- Genevieve LeBaron, Johanna Montgomerie, and Daniela Tepe-Belfrage write that inequality is getting worse in the UK based on class, gender and all kinds of other grounds, while a supposed "recovery" isn't benefiting anybody except the people who least need it:
(E)conomic policies associated with ‘recovery’ in the UK have deepened inequality and exclusion along the overlapping lines of class, gender, race, ability, age and sexuality. Sweeping welfare reforms, for instance, are disproportionately targeting women and low-income couples with children, with particularly dire consequences for single mothers. The newly imposed ‘bedroom tax’ – which has reduced housing benefits for thousands of tenants, while requiring many thousands more to transfer to smaller homes – has had especially devastating consequences for disabled tenants, who have lost homes adapted to support their disability.- Meanwhile, the New York Times finds that a strong majority of U.S. voters are looking at inequality as one of their top concerns for the 2016 election. And Sandy Garossino reports on Christy Clark's decision to set up permanent tax giveaways to B.C.'s richest few who can afford posh private schools, even as public education is slashed to the bone.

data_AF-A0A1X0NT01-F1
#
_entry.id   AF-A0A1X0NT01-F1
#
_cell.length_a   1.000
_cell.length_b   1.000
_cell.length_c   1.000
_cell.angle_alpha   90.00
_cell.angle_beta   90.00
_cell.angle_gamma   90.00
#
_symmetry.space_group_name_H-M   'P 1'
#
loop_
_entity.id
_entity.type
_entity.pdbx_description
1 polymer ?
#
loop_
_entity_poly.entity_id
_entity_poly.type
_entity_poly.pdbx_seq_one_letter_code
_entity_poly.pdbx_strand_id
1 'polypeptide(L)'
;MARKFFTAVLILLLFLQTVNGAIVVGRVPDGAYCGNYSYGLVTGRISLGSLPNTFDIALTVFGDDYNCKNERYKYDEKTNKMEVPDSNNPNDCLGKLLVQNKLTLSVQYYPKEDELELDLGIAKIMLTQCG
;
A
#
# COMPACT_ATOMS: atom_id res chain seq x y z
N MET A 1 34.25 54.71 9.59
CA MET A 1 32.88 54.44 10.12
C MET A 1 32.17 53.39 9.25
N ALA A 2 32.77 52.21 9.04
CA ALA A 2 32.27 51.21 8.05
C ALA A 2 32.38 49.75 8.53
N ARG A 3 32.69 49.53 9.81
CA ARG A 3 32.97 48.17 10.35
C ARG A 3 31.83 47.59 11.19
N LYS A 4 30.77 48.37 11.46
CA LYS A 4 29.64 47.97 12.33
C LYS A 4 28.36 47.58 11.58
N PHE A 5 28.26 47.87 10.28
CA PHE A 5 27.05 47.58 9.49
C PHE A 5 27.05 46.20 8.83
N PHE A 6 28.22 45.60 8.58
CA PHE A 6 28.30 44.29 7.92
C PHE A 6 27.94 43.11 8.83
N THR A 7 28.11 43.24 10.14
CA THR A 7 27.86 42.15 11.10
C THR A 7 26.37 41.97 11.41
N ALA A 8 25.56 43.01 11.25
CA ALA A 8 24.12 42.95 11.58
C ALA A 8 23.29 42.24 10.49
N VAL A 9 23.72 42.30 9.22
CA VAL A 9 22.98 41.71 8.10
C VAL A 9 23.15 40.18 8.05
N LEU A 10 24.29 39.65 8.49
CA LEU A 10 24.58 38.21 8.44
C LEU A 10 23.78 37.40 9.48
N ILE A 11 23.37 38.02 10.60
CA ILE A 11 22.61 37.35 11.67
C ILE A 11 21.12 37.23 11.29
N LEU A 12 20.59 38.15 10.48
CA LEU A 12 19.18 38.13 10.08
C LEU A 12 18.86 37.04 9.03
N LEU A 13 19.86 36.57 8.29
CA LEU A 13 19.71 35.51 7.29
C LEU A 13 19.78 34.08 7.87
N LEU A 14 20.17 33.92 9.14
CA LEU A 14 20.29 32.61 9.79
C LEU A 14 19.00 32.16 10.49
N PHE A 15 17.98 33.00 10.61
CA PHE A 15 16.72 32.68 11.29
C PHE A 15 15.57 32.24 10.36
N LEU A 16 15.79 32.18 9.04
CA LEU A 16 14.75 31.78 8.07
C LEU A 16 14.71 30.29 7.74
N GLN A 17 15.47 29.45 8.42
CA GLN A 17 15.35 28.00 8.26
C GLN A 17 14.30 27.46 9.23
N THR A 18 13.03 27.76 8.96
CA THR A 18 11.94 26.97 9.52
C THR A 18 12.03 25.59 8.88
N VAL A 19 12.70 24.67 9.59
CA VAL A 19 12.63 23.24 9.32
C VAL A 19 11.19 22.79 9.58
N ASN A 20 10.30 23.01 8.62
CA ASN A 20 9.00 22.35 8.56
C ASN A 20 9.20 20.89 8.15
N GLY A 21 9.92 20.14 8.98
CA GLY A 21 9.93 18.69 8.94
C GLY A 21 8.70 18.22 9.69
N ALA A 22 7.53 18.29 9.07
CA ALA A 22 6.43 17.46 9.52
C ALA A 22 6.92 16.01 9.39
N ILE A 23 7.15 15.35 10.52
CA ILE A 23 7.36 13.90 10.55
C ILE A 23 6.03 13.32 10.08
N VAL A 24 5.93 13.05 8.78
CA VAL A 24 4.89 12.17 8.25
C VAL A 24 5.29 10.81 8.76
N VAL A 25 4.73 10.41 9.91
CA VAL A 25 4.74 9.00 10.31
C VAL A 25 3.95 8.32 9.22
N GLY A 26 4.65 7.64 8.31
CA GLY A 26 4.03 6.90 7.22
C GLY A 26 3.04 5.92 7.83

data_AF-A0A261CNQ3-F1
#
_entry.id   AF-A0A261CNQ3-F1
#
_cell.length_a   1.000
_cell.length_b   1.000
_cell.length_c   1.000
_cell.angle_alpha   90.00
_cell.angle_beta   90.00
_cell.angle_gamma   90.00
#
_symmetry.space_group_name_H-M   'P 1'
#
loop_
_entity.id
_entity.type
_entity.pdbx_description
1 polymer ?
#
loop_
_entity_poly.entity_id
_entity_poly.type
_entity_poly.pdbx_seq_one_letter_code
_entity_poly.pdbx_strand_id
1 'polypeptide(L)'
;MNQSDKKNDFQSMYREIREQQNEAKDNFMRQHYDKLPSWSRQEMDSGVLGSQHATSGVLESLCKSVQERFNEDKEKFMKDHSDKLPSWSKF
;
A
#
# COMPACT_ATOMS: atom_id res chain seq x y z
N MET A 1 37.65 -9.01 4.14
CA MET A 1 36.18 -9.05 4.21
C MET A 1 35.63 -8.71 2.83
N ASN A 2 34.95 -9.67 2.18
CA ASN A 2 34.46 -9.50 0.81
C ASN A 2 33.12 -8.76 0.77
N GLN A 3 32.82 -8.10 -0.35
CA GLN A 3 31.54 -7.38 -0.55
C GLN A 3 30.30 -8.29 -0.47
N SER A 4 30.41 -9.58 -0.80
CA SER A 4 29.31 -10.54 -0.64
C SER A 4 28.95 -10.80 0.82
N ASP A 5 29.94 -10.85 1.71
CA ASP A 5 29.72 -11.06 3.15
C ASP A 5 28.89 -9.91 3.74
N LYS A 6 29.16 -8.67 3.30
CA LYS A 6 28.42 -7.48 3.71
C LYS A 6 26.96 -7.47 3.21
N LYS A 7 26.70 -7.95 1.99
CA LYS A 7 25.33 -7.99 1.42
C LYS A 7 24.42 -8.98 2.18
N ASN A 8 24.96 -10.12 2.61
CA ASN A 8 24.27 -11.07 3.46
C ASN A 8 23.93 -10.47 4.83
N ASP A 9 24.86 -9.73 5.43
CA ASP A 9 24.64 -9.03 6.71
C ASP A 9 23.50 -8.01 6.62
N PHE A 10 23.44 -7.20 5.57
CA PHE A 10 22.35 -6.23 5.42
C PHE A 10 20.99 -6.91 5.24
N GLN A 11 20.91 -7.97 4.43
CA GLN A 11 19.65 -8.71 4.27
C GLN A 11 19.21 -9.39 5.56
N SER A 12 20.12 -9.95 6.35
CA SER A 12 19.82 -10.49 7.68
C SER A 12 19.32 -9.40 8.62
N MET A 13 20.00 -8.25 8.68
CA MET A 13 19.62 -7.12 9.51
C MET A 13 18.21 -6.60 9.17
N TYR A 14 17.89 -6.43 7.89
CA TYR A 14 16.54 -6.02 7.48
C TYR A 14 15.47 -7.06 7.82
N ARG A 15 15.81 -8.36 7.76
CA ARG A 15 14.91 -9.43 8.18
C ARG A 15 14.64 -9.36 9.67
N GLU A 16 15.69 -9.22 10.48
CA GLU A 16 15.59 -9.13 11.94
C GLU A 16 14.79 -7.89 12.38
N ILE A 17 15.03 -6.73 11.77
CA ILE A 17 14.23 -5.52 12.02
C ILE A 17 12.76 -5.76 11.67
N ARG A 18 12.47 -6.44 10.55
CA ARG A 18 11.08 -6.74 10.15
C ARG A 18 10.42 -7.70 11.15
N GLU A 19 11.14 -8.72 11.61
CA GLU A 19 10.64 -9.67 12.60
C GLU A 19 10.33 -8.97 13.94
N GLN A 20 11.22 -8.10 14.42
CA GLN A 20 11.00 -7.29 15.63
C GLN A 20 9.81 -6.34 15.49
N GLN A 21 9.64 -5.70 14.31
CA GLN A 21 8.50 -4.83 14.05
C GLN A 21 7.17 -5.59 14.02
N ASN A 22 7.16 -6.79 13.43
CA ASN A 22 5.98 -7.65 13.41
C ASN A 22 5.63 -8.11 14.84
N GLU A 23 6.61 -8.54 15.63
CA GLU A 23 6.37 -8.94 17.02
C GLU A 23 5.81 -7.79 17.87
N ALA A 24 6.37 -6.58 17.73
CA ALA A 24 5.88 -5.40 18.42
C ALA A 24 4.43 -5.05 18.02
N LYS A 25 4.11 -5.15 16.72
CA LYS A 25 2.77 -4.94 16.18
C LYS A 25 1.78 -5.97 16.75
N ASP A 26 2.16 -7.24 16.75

One key reason that these social, financial, and emotional costs of recovery remain hidden is that the typically narrow focus on national level of debts, deficits, taxes and expenditure tends to overlook changes at the micro-level of the household and daily life. It is here that the human costs and broader social challenges of recovery become apparent. For many, rising hunger forces individuals and families to choose between heating and eating; employment has become so precarious and poorly paid that even those with jobs are struggling to pay bills; and still others are trapped in abusive forced labour relations, which have become endemic in certain UK industries.
In short, the UK’s economic ‘recovery’ has come at a high social, emotional and financial cost for those who can least afford it, while leaving the wealthy to stockpile ever-larger sums of cash. We can expect these tendencies to become even more pronounced under the deepening austerity agenda of the new Conservative government, unless a counter-narrative can elucidate the true human costs of this growth model and inspire action towards an alternative.
- CBC reports on the disproportionate number of women of aboriginal descent in Canadian prisons, while Max FineDay discusses the connection between the social determinants of health and the difficulties facing indigenous Canadians. But Shiri Pasternak and Anna Stanley note that the Cons are going out of their way to stack the deck even further against First Nations by cutting off support for their participation in consultation with developers, while funding industry to strengthen its hand.
- Canadian Doctors for Medicare summarizes new research showing how inadequate income and nutrition feed into health care costs. And Martin Regg Cohn rightly questions how we can claim to have a complete universal health care system without including pharmacare.
- Finally, Jesse Brown reports that at least one RCMP officer has made it abundantly clear to peaceful protesters that they stand to be labeled as terrorists under C-51. Ed Broadbent argues that it isn't too late to fight back against the Cons' terror tactics. And Steve Sullivan writes that even some of Stephen Harper's ideological allies are doing just that.